Okay . . . another week has gone by without a new post. I am really trying not to say "I'm overwhelmed," and instead say, "I'm managing everything in my wonderful life with ease and joy," but I'm still in a quandary over which activities and commitments to release and which to keep. This blog, as much as I love it and want to make much MORE of it, not less, is on the bubble, as those Hollywood types say.
Back at the ranch, a lot happened this week. Days ago, I bookmarked this great interview at All The Rage with Deborah Landis, the new holder of the David C. Copley chair for the study of costume design at UCLA. She has very interesting things to say about the difference between costume design and fashion design, and the presence of narrative and stories in what we wear. Landis's chair is being endowed with a $6 million grant to develop costume design studies at the university.
Tangential but interesting, at the time that I read it: Landis designed Michael Jackson's iconic red Thriller jacket. A week ago I would have written, "remember that jacket?" and now, of course, we've all been reminded of it.
So the week was an interesting example of how the media oversaturate us at times like this (you could almost hear them say, great, we don't have to do any hard analysis to unanswerable questions about things like Iran and health care reform for at least three days). Still, this blog is about art, craft, cloth and culture, and all of these are referenced in Jackson's story. This, by fashion writer Guy Trebay, is a fascinating look at his ability to create an image and the ways that image intersected with pop culture.
Elsewhere -- for those who think about selling or monetizing a sewing or craft business, Kathleen Fasanella of Fashion Incubator has a very interesting series of posts on this, including definitions of handmade and manufactured as they apply to a commercial enterprise. There are telling comments as well; some people actually daring to call attention to the poor quality of some of the "handmade nation/DIY" frenzy. Yay.
Finally, links for the artists and lovers of Japanese textiles,. First, and I think Jude has mentioned this as well, Sri Threads has an amazing series on botanical dyer Sometsukasa Yoshioka. Stephen is up to Post #9, on the color red. These are a must-read if you love color and the Japanese aesthetic. Most people probably think of indigo when word-associating color and Japan, but there's much more to it -- a masterful legacy of natural dyeing and fluency in the language of color. This is from Post #8, on the color pink:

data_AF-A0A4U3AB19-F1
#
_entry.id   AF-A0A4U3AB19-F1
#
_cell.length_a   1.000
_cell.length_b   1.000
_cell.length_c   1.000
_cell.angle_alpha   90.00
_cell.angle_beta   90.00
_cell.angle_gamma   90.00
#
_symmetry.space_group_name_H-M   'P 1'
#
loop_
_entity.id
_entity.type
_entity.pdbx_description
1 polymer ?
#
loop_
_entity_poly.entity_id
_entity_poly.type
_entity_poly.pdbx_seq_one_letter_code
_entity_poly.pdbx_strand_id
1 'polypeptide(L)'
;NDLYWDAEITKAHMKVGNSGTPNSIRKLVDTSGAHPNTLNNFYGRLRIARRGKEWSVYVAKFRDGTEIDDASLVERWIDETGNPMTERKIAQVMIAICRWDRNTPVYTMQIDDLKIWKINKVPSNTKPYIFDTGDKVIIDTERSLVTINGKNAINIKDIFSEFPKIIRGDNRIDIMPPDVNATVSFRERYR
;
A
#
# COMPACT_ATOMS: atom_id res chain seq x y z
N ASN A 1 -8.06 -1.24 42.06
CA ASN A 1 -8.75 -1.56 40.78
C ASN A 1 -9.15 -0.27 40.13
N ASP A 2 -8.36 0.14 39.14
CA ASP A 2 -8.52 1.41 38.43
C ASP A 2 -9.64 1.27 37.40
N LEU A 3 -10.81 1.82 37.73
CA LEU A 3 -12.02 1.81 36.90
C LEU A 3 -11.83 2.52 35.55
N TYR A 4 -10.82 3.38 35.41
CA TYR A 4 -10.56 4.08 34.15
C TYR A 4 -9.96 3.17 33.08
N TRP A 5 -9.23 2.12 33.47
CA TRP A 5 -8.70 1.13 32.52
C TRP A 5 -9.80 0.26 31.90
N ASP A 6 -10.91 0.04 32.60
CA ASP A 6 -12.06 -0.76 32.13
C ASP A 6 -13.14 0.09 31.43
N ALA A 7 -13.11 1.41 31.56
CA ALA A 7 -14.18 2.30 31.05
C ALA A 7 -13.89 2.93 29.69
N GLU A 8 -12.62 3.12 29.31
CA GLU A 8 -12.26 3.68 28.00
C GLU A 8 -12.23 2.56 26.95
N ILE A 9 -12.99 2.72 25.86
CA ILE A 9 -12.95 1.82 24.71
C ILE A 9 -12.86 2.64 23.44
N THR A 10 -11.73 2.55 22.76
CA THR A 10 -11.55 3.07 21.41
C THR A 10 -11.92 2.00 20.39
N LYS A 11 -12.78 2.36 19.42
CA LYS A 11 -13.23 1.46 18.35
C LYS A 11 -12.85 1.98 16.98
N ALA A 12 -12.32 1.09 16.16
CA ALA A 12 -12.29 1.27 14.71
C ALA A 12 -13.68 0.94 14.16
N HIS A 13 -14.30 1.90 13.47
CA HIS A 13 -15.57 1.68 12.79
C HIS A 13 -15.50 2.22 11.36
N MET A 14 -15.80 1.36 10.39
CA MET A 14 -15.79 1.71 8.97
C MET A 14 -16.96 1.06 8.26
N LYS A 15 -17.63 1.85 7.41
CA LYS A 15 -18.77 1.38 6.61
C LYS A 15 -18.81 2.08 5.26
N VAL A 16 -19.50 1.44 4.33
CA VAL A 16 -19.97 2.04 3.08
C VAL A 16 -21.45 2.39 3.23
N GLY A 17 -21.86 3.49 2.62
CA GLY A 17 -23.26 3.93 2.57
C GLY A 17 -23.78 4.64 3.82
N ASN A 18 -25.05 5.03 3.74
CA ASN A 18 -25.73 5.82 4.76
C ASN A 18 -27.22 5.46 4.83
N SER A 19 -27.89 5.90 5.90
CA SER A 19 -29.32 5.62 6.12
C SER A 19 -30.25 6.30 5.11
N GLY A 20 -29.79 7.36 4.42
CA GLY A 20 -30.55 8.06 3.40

Here’s the thing: in Heian Japan, there were four seasons, then there were 24 sub-seasons, then there were 72 sub-sub seasons, so every five days the courtly lady needed to change her costume so she embodied the natural changes around her!
I also discovered The Ardent Thread, a new-to-me blog by an expert on Japanese textiles, surface design and stitching techniques. Author Carol also sells vintage Japanese fabrics at KimonoMomo.com (sales are made through an Etsy shop). Here's one of her vintage fabric packages:
As for me, I'm working on some machine sewing, still painting my Persian floral designs, and still working on handstitching a big shisha/beads/stitching piece, which does have some vintage kimono fabric in it, shown below. This is proving to be a very slow cloth - but it's always good to have some handstitching available -- for example, for times when you're mesmerized by CNN's wall-to-wall coverage of a celebrity death, and thinking about the time you turned on the TV and saw that electrifying moonwalk for the first time, and all the years that have gone by since then.
Here's more of the piece, which has grown and taken on a life of its own that I no longer seem to be in control of (much like my own life; let's conclude that control is overrated):